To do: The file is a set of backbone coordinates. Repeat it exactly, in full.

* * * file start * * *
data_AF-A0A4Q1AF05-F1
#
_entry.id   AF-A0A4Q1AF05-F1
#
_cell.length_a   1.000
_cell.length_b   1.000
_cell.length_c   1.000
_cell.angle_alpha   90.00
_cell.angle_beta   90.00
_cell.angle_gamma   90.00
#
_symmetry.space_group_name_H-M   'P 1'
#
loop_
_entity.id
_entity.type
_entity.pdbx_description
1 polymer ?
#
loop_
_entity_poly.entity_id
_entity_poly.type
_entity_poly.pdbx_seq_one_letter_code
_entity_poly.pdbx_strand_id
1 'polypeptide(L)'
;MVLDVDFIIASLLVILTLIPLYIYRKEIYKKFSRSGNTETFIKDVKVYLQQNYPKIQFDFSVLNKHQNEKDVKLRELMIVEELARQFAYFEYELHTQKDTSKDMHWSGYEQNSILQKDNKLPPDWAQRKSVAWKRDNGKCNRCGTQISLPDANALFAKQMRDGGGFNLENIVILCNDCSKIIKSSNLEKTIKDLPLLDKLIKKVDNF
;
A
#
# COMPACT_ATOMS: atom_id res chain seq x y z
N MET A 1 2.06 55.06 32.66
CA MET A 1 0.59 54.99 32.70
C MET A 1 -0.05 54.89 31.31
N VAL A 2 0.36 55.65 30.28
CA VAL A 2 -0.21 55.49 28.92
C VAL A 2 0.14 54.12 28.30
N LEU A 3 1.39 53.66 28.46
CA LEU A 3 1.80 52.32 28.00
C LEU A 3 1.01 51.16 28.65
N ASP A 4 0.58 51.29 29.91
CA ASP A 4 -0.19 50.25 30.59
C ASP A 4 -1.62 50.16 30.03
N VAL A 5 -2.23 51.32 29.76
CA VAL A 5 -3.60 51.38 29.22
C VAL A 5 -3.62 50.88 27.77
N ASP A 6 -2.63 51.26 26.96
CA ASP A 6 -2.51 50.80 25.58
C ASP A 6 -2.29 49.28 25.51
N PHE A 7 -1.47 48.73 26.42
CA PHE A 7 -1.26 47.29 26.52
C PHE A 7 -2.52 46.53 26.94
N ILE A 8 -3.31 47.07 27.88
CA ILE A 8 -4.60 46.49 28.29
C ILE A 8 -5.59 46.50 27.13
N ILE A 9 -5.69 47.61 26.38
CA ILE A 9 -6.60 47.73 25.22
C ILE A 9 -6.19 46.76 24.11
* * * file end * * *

data_AF-A0A4Q1AF05-F1
#
_entry.id   AF-A0A4Q1AF05-F1
#
_cell.length_a   1.000
_cell.length_b   1.000
_cell.length_c   1.000
_cell.angle_alpha   90.00
_cell.angle_beta   90.00
_cell.angle_gamma   90.00
#
_symmetry.space_group_name_H-M   'P 1'
#
loop_
_entity.id
_entity.type
_entity.pdbx_description
1 polymer ?
#
loop_
_entity_poly.entity_id
_entity_poly.type
_entity_poly.pdbx_seq_one_letter_code
_entity_poly.pdbx_strand_id
1 'polypeptide(L)'
;MVLDVDFIIASLLVILTLIPLYIYRKEIYKKFSRSGNTETFIKDVKVYLQQNYPKIQFDFSVLNKHQNEKDVKLRELMIVEELARQFAYFEYELHTQKDTSKDMHWSGYEQNSILQKDNKLPPDWAQRKSVAWKRDNGKCNRCGTQISLPDANALFAKQMRDGGGFNLENIVILCNDCSKIIKSSNLEKTIKDLPLLDKLIKKVDNF
;
A
#
# COMPACT_ATOMS: atom_id res chain seq x y z
N MET A 1 2.06 55.06 32.66
CA MET A 1 0.59 54.99 32.70
C MET A 1 -0.05 54.89 31.31
N VAL A 2 0.36 55.65 30.28
CA VAL A 2 -0.21 55.49 28.92
C VAL A 2 0.14 54.12 28.30
N LEU A 3 1.39 53.66 28.46
CA LEU A 3 1.80 52.32 28.00
C LEU A 3 1.01 51.16 28.65
N ASP A 4 0.58 51.29 29.91
CA ASP A 4 -0.19 50.25 30.59
C ASP A 4 -1.62 50.16 30.03
N VAL A 5 -2.23 51.32 29.76
CA VAL A 5 -3.60 51.38 29.22
C VAL A 5 -3.62 50.88 27.77
N ASP A 6 -2.63 51.26 26.96
CA ASP A 6 -2.51 50.80 25.58
C ASP A 6 -2.29 49.28 25.51
N PHE A 7 -1.47 48.73 26.42
CA PHE A 7 -1.26 47.29 26.52
C PHE A 7 -2.52 46.53 26.94
N ILE A 8 -3.31 47.07 27.88
CA ILE A 8 -4.60 46.49 28.29
C ILE A 8 -5.59 46.50 27.13
N ILE A 9 -5.69 47.61 26.38
CA ILE A 9 -6.60 47.73 25.22
C ILE A 9 -6.19 46.76 24.11